In response to this gap, Human Rights Centre students organise our annual Human Rights in Asia Conference. Each year student convenors select different but timely human rights issues related to Asia and invite experts from the region and beyond to address these topics.
Since 2009, this student-led event has been successful in raising awareness of a wide range of regional issues. Previous conferences have examined regional human rights mechanisms, development and human rights in Asia, natural disaster and human rights, human rights in Myanmar, and human rights in South Asia.
The conference is an excellent opportunity for participants to meet and network with other students, researchers and human rights professionals interested in human rights issues in Asia. As well as deepening their understanding of human rights in Asia, the event also helps our student convenors to gain practical skills in conference organisation, a very useful asset for their future careers.
The first Human Rights in Asia Conference took place in 2009. The event was originally proposed by postgraduate students from the Human Rights Centre and supported by the late Professor Kevin Boyle, Professor John Packer (former Centre Director), Dr Sanae Fujita, as well as the wider doctoral community.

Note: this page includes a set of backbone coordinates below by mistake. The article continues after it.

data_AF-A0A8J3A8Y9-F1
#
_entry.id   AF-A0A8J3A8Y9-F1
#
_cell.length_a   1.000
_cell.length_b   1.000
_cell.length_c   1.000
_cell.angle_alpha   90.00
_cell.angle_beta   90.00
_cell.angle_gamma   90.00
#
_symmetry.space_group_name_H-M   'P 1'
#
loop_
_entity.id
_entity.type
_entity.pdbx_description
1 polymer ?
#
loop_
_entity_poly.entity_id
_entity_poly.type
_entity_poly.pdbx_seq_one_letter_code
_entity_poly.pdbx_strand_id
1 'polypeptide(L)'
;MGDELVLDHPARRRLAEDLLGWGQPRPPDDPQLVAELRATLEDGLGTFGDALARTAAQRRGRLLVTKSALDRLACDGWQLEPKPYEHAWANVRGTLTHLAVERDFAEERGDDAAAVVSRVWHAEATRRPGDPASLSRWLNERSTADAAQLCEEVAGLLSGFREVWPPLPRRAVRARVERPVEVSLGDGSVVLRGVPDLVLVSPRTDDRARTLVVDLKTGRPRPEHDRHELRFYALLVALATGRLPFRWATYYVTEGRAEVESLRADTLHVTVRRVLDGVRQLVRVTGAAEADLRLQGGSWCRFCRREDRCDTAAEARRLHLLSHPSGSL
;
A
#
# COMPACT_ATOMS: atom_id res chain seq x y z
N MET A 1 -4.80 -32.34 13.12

The 10th year of the conference was held at the University of Essex Colchester Campus, and focussed specifically on the rights of children in Asia. Most countries in the region have ratified the United Nations’ Convention on the Rights of the Child (UNCRC), which entails a commitment of the states towards ensuring the right to survival, protection, development and participation of every child. The day-long conference focussed on some of the pertinent child rights issues of the region. The rights of the girl child, refugee and IDP children, survivors of child trafficking and children in armed conflict were explored through panels and discussions. Experts and practitioners provided their insight into both, the developments and existing gaps in these areas, in order to advance the debate and further understanding on the issues.